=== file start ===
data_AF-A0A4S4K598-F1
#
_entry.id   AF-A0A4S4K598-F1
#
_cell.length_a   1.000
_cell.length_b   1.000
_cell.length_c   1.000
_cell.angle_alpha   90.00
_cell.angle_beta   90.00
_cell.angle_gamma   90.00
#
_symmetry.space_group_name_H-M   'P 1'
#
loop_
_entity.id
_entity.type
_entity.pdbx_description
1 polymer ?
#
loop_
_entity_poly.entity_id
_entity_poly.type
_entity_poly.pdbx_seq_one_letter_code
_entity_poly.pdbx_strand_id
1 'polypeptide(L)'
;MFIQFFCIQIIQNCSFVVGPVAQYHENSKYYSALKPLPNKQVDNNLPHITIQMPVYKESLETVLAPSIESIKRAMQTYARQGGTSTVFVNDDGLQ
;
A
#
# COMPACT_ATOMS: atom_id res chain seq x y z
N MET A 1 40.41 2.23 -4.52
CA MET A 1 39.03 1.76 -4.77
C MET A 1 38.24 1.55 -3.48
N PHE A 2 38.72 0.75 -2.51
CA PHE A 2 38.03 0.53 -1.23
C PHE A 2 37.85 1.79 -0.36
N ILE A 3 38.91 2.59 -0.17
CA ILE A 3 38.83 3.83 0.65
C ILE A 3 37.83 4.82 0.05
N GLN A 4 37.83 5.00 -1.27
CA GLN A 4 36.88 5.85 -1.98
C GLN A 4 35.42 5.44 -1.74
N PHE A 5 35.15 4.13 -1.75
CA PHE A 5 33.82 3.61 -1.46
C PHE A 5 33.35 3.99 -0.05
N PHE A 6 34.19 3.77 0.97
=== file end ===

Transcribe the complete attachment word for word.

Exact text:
data_AF-A0A4S4K598-F1
#
_entry.id   AF-A0A4S4K598-F1
#
_cell.length_a   1.000
_cell.length_b   1.000
_cell.length_c   1.000
_cell.angle_alpha   90.00
_cell.angle_beta   90.00
_cell.angle_gamma   90.00
#
_symmetry.space_group_name_H-M   'P 1'
#
loop_
_entity.id
_entity.type
_entity.pdbx_description
1 polymer ?
#
loop_
_entity_poly.entity_id
_entity_poly.type
_entity_poly.pdbx_seq_one_letter_code
_entity_poly.pdbx_strand_id
1 'polypeptide(L)'
;MFIQFFCIQIIQNCSFVVGPVAQYHENSKYYSALKPLPNKQVDNNLPHITIQMPVYKESLETVLAPSIESIKRAMQTYARQGGTSTVFVNDDGLQ
;
A
#
# COMPACT_ATOMS: atom_id res chain seq x y z
N MET A 1 40.41 2.23 -4.52
CA MET A 1 39.03 1.76 -4.77
C MET A 1 38.24 1.55 -3.48
N PHE A 2 38.72 0.75 -2.51
CA PHE A 2 38.03 0.53 -1.23
C PHE A 2 37.85 1.79 -0.36
N ILE A 3 38.91 2.59 -0.17
CA ILE A 3 38.83 3.83 0.65
C ILE A 3 37.83 4.82 0.05
N GLN A 4 37.83 5.00 -1.27
CA GLN A 4 36.88 5.85 -1.98
C GLN A 4 35.42 5.44 -1.74
N PHE A 5 35.15 4.13 -1.75
CA PHE A 5 33.82 3.61 -1.46
C PHE A 5 33.35 3.99 -0.05
N PHE A 6 34.19 3.77 0.97